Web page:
has been cloaked in stealth mode for nearly the last two years. During that time, the startup has remained tight-lipped about what it’s been up to, while at the same time managing to raise $8.5 million from Maveron, Madrona Venture Group, Google founding board member Ram Shriram, former Expedia CEO Erik Blachford, and others — all in the name of building a “revolutionary new shopping service that will bring unprecedented levels of transparency to electronics shopping”.
Today, Decide is finally ready to unveil what it’s been working on and launch that new shopping service into the wild. The proposed goal? To offer a novel comparison-shopping tool that will take that feeling of nagging regret out of consumer electronics purchases. For those who may not be familiar with the regret associated with the consumer electronics shopping experience, Best Buy actually released a great commercial a few months back that highlights the often annoyingly speedy pace at which new product iterations and updates hit the market. Figuratively speaking, it always seems that just as soon as one buys a 3D TV, a 4D TV is right around the corner.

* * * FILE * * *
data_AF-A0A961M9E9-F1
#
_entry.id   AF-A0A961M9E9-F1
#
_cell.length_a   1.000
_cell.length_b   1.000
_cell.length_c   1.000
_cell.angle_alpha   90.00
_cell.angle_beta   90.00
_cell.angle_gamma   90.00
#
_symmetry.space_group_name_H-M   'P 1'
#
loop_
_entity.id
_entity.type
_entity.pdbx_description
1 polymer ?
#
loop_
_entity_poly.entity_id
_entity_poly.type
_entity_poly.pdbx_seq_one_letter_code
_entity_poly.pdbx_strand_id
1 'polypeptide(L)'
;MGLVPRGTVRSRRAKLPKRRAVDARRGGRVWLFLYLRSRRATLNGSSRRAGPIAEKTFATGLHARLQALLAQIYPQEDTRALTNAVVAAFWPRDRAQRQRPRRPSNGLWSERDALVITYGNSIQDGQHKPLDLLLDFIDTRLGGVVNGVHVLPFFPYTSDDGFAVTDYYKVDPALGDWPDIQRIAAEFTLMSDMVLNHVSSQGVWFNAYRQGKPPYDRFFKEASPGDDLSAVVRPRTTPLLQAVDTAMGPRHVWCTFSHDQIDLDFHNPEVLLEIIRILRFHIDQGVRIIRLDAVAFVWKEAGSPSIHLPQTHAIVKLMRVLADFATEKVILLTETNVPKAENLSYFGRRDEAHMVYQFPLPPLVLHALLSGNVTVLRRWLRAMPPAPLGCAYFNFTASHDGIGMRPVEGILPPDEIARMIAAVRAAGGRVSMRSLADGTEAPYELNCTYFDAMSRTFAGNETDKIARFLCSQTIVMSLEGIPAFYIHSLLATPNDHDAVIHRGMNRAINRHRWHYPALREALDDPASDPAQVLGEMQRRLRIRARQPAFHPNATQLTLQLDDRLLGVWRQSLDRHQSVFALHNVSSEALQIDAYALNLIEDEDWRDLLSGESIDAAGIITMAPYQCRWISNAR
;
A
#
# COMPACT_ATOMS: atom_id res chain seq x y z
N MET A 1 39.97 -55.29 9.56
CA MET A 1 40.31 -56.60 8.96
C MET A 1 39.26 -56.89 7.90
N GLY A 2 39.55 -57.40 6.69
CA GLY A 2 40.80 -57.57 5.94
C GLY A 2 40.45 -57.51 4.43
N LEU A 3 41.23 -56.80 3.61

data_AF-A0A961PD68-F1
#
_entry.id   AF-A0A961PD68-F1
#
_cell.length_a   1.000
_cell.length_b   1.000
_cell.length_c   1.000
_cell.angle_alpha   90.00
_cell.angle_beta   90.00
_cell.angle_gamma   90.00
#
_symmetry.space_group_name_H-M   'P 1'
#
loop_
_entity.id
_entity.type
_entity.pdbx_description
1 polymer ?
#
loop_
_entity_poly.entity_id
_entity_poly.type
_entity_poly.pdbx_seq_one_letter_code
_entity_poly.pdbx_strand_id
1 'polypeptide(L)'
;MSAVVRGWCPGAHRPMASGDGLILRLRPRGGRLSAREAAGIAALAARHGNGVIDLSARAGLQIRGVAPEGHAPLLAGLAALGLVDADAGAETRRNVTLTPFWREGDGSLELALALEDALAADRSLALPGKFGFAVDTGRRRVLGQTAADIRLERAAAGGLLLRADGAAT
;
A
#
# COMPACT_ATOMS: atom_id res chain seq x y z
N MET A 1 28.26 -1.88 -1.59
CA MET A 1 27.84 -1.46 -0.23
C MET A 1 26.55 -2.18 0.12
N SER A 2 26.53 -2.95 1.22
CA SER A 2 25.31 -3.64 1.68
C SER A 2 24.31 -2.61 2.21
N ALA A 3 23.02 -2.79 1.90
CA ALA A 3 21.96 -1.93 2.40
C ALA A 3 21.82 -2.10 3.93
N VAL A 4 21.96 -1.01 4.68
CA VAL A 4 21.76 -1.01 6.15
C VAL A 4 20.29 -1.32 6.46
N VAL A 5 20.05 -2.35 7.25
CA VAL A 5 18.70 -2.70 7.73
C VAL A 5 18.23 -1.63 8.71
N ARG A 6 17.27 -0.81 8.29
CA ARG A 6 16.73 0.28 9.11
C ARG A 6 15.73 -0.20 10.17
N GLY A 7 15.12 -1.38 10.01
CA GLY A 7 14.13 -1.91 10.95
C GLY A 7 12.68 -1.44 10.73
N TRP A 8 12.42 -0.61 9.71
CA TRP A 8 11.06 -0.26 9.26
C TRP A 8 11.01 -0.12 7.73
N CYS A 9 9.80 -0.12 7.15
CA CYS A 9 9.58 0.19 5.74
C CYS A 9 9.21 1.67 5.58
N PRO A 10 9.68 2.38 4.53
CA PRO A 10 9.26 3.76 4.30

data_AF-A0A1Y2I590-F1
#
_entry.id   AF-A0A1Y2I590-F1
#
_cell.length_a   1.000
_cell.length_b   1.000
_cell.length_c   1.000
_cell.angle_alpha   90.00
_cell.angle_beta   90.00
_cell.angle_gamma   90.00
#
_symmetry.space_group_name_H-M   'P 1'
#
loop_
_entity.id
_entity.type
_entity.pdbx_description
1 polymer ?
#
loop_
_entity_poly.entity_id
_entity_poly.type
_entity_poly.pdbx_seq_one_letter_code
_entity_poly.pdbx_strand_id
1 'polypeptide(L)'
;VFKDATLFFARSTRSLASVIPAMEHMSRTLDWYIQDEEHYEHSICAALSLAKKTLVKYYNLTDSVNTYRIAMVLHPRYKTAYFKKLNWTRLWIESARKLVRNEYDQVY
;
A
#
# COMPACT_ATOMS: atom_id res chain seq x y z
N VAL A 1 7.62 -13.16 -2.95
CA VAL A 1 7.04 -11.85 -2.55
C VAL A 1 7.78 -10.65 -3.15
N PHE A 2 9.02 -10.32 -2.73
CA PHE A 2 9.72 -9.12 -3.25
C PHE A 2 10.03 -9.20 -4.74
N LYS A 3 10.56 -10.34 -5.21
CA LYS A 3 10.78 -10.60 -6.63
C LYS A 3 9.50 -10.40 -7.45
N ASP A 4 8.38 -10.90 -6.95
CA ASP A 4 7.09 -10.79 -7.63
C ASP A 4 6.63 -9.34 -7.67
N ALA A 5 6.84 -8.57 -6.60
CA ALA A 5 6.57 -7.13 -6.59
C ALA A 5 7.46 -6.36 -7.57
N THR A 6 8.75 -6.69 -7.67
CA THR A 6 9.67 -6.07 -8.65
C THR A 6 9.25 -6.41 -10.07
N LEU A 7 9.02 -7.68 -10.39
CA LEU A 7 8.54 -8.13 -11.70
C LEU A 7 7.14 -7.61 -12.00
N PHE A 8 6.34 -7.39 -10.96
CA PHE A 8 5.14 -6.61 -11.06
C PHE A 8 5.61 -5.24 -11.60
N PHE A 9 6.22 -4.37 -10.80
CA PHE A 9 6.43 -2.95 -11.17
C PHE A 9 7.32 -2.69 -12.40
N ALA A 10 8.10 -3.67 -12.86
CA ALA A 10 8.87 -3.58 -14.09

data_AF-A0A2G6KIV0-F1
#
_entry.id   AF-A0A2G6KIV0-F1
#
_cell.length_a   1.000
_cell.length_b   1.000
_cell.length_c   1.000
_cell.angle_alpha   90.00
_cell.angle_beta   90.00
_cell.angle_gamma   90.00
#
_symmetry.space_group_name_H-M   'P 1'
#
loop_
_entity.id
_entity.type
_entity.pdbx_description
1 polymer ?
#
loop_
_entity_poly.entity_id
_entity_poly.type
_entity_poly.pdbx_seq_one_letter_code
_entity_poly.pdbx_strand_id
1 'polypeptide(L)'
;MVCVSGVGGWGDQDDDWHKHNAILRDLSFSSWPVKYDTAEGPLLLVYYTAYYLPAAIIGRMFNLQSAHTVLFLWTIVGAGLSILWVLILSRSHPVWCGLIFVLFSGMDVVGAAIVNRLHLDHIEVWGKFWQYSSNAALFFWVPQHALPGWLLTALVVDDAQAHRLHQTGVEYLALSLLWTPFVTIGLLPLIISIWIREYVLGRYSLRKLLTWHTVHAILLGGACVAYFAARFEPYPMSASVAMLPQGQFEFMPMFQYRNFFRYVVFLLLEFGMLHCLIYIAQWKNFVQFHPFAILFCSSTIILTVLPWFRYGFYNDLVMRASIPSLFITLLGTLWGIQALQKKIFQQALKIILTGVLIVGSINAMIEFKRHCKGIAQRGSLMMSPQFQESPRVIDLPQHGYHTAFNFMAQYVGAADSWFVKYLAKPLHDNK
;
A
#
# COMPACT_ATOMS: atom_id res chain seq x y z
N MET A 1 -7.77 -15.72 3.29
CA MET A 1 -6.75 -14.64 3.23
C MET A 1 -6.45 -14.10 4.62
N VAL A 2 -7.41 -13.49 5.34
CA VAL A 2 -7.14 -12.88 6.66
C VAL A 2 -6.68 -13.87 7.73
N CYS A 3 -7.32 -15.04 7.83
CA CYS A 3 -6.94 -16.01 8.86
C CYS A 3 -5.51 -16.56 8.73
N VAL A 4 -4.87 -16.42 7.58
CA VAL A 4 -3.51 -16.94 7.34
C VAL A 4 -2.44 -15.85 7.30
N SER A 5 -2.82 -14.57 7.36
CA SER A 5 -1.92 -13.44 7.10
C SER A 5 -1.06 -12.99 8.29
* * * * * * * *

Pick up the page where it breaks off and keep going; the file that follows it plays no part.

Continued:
Decide tackles this problem by giving users a service that uses data mining techniques to tell a consumer whether they should buy a device now or wait until there’s a cheaper model on the market. After all, in doing its year-and-a-half due diligence, Decide observed that, in 2010,an average of six new laptops were released into the market each day, plus one new TV and one new camera every other day.
And, as electronics geeks know, many device manufacturers make announcements or start planting rumors about their next generation devices months before they are available on the market. MacRumors is one popular example of the many websites and blogs that traffic in these tips and early rumblings.
Thus, Decide is offering consumers a tool that uses proprietary data and predictive algorithms to tell them when they can buy with confidence, or whether they should wait for a price drop or a new model that’s slated to be released in just a few days. Decide matches hundreds of thousands of devices to their “model lineages” and crawls the Web for news and rumors, as well as applying “advanced machine learning and text mining algorithms” to predict future product releases.

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